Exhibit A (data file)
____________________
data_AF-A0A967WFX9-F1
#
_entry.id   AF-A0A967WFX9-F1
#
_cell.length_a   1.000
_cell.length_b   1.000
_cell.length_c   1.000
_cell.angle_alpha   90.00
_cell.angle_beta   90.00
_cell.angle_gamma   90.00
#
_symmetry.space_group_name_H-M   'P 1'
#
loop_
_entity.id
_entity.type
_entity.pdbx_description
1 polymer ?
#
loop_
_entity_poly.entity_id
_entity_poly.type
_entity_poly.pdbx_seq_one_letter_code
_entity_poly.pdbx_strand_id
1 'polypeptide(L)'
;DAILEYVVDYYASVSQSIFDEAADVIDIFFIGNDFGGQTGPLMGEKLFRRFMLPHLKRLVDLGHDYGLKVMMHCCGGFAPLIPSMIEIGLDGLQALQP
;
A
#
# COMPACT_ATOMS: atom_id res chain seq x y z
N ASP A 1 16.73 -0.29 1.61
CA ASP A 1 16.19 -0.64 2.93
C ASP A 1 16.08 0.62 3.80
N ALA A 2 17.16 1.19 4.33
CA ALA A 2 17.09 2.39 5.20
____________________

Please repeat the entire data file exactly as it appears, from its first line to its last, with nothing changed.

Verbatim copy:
data_AF-A0A967WFX9-F1
#
_entry.id   AF-A0A967WFX9-F1
#
_cell.length_a   1.000
_cell.length_b   1.000
_cell.length_c   1.000
_cell.angle_alpha   90.00
_cell.angle_beta   90.00
_cell.angle_gamma   90.00
#
_symmetry.space_group_name_H-M   'P 1'
#
loop_
_entity.id
_entity.type
_entity.pdbx_description
1 polymer ?
#
loop_
_entity_poly.entity_id
_entity_poly.type
_entity_poly.pdbx_seq_one_letter_code
_entity_poly.pdbx_strand_id
1 'polypeptide(L)'
;DAILEYVVDYYASVSQSIFDEAADVIDIFFIGNDFGGQTGPLMGEKLFRRFMLPHLKRLVDLGHDYGLKVMMHCCGGFAPLIPSMIEIGLDGLQALQP
;
A
#
# COMPACT_ATOMS: atom_id res chain seq x y z
N ASP A 1 16.73 -0.29 1.61
CA ASP A 1 16.19 -0.64 2.93
C ASP A 1 16.08 0.62 3.80
N ALA A 2 17.16 1.19 4.33
CA ALA A 2 17.09 2.39 5.20